But Seattle Parks also piloted a fee waiver program in an effort to bring authorized sellers to underutilized parks. Last year, the pilot operated at South Park Plaza, a community space that had yet to be built. Neighborhood residents were able to visit a weekly community farmers market or buy treats from vendors on other days. Although it was a great success, the construction of the plaza will eventually bring the activities to a halt – at least until the park is finished. Seattle Parks also experimented last year with mobile vending opportunities for women and minority-owned business owners in underserved parks in Southeast Seattle and activating food trucks in parks around the downtown. We can expect more pilots in the future.
Sales licenses are awarded through competitive bidding. Requests for seasonal food and beverage concessions and other Commercial activities are managed by separate permit pools. Occasionally, park-specific tenders are issued when the ministry sees a lack of supplier interest in certain park locations or if facilities are available, as is the case this year for the Madrone Beach concession stand. When awarding permits to vendors, Seattle Parks staff said they need to consider a variety of considerations. For example, a few parks, such as Golden Gardens, have long-term concession or service contracts in place, making it inappropriate to allow competing vendors on site. Amy Hamaker, who works on contracts and permits for Seattle Parks, explained how her office considers potential impacts to the surrounding neighborhood in its decision-making.
“We try to activate spaces that aren’t already in use or don’t have amenities nearby,” Hamaker said. “For example, we try to be deliberate about the placement of fitness activities. We don’t want the neighbors complaining about a six o’clock bootcamp. But overall we get a lot of compliments on park activities.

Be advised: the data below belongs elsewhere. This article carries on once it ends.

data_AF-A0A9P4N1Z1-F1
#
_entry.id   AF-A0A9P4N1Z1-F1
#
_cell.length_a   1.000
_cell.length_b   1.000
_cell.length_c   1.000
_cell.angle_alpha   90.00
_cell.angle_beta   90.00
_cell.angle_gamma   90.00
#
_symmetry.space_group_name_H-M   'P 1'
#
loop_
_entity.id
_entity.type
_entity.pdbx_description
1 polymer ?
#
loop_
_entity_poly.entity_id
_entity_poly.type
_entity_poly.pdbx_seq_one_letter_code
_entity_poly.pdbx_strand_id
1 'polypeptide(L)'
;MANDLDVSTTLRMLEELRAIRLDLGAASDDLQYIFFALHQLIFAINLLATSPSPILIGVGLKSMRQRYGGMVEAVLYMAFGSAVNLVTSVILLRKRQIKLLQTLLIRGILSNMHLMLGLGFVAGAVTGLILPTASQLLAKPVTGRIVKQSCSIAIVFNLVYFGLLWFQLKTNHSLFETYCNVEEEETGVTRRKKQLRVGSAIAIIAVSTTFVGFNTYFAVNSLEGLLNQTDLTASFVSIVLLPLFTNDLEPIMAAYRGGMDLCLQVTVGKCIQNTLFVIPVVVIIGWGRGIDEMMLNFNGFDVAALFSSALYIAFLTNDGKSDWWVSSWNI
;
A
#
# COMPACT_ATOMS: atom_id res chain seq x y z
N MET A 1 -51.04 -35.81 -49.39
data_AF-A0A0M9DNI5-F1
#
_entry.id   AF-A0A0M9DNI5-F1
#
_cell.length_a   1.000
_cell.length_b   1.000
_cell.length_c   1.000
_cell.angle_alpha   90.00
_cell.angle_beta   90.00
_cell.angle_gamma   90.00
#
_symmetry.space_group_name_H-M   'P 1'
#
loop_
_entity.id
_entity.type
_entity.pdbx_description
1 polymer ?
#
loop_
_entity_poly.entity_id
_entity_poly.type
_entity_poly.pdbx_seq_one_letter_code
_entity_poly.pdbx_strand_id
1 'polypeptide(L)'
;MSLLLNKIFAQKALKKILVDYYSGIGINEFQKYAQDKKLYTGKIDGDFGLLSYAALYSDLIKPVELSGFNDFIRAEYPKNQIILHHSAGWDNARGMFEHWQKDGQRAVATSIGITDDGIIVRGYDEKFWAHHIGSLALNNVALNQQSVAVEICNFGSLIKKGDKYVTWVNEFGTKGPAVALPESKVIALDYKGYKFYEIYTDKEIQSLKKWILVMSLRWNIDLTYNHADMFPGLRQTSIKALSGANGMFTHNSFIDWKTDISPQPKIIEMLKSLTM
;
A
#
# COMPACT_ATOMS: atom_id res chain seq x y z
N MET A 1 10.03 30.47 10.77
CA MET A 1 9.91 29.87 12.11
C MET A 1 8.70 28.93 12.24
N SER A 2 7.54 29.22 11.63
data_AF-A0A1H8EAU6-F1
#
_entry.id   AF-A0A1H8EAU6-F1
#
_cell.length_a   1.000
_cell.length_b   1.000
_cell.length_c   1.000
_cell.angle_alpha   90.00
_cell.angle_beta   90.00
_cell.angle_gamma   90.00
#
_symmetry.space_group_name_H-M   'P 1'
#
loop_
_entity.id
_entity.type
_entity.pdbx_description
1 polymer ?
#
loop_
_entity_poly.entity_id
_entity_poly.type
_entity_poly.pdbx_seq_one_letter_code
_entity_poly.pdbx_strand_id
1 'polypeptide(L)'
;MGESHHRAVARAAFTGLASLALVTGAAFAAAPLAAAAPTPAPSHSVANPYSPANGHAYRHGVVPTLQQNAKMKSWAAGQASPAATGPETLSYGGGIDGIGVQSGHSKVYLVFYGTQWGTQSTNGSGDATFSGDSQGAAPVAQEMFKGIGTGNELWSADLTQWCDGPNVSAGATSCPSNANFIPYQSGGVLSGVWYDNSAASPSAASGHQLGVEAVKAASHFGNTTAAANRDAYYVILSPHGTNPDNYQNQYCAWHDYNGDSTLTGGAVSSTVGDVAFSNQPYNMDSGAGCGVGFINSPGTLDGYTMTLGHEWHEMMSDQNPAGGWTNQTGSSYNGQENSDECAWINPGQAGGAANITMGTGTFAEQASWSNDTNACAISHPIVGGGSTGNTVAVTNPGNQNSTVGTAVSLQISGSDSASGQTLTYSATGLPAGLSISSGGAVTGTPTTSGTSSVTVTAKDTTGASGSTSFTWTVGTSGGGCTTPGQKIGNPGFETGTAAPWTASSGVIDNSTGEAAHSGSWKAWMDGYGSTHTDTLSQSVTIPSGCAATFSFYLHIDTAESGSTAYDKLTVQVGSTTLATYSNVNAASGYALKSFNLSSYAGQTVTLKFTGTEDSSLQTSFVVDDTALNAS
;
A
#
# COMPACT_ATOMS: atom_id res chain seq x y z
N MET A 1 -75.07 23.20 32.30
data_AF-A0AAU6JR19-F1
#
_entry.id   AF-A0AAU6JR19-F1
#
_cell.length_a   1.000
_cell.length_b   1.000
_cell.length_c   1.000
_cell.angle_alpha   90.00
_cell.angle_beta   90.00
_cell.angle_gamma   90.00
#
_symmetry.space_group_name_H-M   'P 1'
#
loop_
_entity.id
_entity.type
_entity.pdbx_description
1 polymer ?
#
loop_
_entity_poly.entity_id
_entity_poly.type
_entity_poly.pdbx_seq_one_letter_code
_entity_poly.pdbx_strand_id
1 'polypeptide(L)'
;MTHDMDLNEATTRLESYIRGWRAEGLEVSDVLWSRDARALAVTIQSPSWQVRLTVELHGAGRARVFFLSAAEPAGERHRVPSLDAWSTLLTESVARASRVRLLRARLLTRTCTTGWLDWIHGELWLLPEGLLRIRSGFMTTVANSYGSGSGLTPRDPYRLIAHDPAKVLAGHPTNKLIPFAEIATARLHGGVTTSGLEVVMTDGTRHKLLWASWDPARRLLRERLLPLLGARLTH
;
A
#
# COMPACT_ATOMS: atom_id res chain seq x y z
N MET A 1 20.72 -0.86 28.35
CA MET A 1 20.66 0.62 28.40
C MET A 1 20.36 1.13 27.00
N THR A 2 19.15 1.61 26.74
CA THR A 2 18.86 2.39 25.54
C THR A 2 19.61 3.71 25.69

According to Seattle Parks staff, most complaints were about unauthorized sales instead of permitted commercial activities, and Superintendent Williams sees increasing “legitimate positive uses” as a solution to discourage commercial activities that may not Be consistent with department values, especially in underutilized spaces. where they might go unnoticed for longer periods.
Recently, there has been renewed interest in holding educational activities in parks. Tinkergarten is an example of a business offering educational and fun outdoor activities for young children at various Seattle Parks locations.
General consensus around commercial activities in parks
The only council member to raise concerns at the meeting was Public Assets and Homelessness Committee Chair Andrew Lewis (District 7), who explained that some community members asked him to mention ” concern over the over-commercialization of public spaces”. “We want to make sure [parks] stay for recreation, contemplation and recreation,” Lewis said.
By reiterating that permitted commercial uses were selected based on their alignment with Seattle Parks values, department staff seemed to allay that concern. They also stressed that the change request they were making to the council should not increase permits or business activity, which has been on the rise for more than a decade at this point. “The purpose of these changes is to clarify and update. We feel its good governance to make the law understandable. The authorization process will remain robust and inclusive,” Hamaker said.
The Seattle Department of Transportation (SDOT) also operates a street vending permit program for operators who operate within the right-of-way. Sales permits can cost anywhere from $200 to $3,000 or more, depending on location and duration. Seattle Parks staff noted that they are looking to partner with other entities such as SDOT, Washington Food Truck Association, King County, Seattle Public Libraries as they oversee business activities at the parks. so that activities integrate seamlessly with other community activation and development efforts.
Seattle Parks and Recreation is accepting Seasonal Vendor Permit applications through March 3, 2022. Learn more here.